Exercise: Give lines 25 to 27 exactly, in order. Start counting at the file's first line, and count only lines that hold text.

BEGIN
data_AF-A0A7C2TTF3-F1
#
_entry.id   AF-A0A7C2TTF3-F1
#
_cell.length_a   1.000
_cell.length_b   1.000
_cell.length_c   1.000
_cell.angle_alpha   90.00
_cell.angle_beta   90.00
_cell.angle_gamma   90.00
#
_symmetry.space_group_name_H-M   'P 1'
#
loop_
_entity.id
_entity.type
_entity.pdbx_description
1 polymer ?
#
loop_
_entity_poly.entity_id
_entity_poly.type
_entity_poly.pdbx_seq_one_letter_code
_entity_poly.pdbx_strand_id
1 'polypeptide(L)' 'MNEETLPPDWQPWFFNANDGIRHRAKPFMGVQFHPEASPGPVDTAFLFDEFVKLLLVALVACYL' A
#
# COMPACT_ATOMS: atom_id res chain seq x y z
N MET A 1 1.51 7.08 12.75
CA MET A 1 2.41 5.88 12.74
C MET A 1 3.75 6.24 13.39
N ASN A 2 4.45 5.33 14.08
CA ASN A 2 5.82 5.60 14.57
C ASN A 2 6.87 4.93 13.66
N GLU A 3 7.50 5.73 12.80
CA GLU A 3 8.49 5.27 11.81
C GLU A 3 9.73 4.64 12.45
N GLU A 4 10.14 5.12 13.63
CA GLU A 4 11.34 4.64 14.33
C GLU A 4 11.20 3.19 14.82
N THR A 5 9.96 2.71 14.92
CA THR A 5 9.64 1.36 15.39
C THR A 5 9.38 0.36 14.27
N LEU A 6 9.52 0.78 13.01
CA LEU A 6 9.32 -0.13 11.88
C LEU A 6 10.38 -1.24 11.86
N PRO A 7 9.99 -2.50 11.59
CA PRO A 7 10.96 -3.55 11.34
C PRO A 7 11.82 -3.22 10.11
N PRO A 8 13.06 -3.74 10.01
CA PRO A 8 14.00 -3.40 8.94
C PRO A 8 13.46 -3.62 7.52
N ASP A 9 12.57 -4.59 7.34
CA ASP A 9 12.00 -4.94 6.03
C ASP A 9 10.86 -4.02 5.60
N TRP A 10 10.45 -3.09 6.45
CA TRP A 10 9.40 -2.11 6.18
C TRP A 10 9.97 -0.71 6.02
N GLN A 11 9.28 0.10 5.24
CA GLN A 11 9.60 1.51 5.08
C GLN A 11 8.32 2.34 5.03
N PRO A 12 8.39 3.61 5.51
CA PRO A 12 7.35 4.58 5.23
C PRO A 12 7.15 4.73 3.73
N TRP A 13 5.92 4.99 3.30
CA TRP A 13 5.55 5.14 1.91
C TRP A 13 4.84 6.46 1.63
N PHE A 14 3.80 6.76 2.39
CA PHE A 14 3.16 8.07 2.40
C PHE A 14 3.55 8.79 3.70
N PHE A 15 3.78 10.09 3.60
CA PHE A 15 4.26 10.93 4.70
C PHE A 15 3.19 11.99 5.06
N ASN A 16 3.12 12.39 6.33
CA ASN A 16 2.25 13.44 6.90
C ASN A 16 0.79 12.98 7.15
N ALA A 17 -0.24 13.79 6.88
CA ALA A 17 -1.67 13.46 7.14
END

1 'polypeptide(L)' 'MNEETLPPDWQPWFFNANDGIRHRAKPFMGVQFHPEASPGPVDTAFLFDEFVKLLLVALVACYL' A
#
# COMPACT_ATOMS: atom_id res chain seq x y z